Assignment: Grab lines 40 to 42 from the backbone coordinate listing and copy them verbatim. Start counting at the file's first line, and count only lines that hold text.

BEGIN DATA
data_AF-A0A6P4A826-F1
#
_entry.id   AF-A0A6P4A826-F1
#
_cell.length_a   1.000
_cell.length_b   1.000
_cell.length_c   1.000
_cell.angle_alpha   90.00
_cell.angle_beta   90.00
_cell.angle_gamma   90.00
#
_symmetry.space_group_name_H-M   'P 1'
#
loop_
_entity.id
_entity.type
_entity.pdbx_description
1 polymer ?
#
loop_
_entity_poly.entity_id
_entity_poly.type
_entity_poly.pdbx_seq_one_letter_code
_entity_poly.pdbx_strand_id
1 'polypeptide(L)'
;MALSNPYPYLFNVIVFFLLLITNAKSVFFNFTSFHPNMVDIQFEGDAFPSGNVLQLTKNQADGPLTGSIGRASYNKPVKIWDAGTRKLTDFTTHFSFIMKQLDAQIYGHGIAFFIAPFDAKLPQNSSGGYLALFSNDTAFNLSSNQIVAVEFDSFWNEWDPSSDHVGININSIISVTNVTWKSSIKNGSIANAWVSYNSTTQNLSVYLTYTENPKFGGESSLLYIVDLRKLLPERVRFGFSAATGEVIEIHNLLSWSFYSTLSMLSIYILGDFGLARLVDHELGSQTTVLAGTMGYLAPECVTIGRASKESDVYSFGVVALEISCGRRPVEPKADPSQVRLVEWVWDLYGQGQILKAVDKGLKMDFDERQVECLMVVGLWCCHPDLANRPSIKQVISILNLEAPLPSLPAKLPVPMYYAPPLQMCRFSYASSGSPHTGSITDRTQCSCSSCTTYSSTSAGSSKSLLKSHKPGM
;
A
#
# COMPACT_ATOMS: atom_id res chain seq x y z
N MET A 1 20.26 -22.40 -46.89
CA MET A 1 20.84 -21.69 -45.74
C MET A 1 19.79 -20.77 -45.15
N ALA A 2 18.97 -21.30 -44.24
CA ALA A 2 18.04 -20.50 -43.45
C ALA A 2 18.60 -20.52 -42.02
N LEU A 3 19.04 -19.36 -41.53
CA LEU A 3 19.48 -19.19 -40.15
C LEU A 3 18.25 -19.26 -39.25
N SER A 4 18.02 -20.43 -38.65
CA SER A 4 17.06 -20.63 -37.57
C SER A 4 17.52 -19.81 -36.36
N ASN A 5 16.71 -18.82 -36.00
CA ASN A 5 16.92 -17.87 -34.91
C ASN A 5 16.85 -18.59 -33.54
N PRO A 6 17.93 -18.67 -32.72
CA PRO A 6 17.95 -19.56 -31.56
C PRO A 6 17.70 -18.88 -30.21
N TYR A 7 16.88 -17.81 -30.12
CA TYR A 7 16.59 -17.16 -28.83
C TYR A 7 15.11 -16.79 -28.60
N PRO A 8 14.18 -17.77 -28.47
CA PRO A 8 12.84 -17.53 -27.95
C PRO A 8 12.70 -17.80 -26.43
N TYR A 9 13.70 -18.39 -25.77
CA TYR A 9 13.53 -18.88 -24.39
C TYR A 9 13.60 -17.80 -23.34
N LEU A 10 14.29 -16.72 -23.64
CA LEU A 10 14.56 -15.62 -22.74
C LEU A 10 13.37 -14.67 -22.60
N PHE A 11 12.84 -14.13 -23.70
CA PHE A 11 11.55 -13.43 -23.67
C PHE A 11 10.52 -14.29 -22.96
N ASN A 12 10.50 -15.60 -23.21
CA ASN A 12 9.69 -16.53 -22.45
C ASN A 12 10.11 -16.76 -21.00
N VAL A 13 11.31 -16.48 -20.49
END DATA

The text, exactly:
N SER A 4 18.02 -20.43 -38.65
CA SER A 4 17.06 -20.63 -37.57
C SER A 4 17.52 -19.81 -36.36